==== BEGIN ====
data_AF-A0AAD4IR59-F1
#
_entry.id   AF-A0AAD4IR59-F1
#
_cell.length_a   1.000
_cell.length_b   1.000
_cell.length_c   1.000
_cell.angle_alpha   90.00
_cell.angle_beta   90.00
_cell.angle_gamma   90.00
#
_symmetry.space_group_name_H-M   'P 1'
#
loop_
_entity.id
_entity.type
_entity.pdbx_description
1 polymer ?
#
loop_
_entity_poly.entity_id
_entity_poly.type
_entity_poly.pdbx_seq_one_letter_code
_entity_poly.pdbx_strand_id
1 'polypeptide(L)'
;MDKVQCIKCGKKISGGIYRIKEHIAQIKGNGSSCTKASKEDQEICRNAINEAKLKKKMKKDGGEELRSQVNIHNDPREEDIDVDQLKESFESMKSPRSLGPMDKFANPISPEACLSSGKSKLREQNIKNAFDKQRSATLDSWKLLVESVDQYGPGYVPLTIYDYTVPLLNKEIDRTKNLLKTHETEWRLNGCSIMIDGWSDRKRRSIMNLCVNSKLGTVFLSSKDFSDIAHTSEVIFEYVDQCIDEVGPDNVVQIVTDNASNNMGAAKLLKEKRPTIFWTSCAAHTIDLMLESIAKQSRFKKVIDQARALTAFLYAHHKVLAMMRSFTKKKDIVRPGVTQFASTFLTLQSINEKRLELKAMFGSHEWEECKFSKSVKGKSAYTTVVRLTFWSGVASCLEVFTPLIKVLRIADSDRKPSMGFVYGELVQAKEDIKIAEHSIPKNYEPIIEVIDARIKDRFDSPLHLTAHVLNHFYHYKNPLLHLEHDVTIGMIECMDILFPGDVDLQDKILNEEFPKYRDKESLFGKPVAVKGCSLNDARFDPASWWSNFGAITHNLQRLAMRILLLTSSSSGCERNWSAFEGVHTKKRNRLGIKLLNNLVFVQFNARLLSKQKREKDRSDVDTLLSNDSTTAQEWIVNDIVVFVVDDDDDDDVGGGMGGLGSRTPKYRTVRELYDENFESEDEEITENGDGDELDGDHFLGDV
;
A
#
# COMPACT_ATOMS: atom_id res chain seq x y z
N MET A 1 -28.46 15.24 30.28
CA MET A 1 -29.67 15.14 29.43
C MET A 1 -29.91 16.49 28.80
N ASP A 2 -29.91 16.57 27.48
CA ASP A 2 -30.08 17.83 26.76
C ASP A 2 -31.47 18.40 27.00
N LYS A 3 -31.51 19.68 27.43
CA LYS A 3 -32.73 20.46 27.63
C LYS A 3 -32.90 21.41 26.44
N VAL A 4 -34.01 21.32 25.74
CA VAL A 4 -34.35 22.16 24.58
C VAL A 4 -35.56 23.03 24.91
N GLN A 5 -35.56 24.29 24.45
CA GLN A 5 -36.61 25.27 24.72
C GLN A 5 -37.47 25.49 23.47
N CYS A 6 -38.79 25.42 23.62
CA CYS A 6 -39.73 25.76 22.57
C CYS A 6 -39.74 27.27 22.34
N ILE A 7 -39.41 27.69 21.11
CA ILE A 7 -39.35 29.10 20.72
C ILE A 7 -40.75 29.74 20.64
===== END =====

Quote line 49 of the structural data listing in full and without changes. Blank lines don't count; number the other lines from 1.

N ILE A 7 -39.41 27.69 21.11